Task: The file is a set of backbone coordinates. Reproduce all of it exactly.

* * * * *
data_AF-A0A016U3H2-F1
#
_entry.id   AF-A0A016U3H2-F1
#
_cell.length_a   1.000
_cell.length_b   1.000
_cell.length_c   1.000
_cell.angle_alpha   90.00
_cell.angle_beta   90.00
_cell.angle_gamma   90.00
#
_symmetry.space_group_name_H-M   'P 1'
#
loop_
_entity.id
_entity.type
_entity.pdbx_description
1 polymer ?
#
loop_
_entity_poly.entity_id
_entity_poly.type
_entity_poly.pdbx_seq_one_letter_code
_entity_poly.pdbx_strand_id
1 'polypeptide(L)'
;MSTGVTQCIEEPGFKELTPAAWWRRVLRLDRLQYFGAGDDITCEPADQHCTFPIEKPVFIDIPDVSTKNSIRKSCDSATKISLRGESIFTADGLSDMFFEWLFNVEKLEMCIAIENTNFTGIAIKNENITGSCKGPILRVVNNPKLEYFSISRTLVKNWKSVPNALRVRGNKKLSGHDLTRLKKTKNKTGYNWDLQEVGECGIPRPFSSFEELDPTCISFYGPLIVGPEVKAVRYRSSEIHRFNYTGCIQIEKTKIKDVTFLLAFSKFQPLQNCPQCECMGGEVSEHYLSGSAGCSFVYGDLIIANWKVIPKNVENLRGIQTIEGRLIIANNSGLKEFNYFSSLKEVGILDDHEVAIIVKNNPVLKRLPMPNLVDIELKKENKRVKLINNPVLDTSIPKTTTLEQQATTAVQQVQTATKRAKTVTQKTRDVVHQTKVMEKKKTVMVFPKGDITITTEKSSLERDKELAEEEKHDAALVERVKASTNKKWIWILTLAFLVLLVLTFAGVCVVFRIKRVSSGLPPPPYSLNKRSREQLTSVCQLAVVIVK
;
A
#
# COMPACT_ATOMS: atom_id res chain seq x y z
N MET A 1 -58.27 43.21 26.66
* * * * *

data_AF-A0A016U3H2-F1
#
_entry.id   AF-A0A016U3H2-F1
#
_cell.length_a   1.000
_cell.length_b   1.000
_cell.length_c   1.000
_cell.angle_alpha   90.00
_cell.angle_beta   90.00
_cell.angle_gamma   90.00
#
_symmetry.space_group_name_H-M   'P 1'
#
loop_
_entity.id
_entity.type
_entity.pdbx_description
1 polymer ?
#
loop_
_entity_poly.entity_id
_entity_poly.type
_entity_poly.pdbx_seq_one_letter_code
_entity_poly.pdbx_strand_id
1 'polypeptide(L)'
;MSTGVTQCIEEPGFKELTPAAWWRRVLRLDRLQYFGAGDDITCEPADQHCTFPIEKPVFIDIPDVSTKNSIRKSCDSATKISLRGESIFTADGLSDMFFEWLFNVEKLEMCIAIENTNFTGIAIKNENITGSCKGPILRVVNNPKLEYFSISRTLVKNWKSVPNALRVRGNKKLSGHDLTRLKKTKNKTGYNWDLQEVGECGIPRPFSSFEELDPTCISFYGPLIVGPEVKAVRYRSSEIHRFNYTGCIQIEKTKIKDVTFLLAFSKFQPLQNCPQCECMGGEVSEHYLSGSAGCSFVYGDLIIANWKVIPKNVENLRGIQTIEGRLIIANNSGLKEFNYFSSLKEVGILDDHEVAIIVKNNPVLKRLPMPNLVDIELKKENKRVKLINNPVLDTSIPKTTTLEQQATTAVQQVQTATKRAKTVTQKTRDVVHQTKVMEKKKTVMVFPKGDITITTEKSSLERDKELAEEEKHDAALVERVKASTNKKWIWILTLAFLVLLVLTFAGVCVVFRIKRVSSGLPPPPYSLNKRSREQLTSVCQLAVVIVK
;
A
#
# COMPACT_ATOMS: atom_id res chain seq x y z
N MET A 1 -58.27 43.21 26.66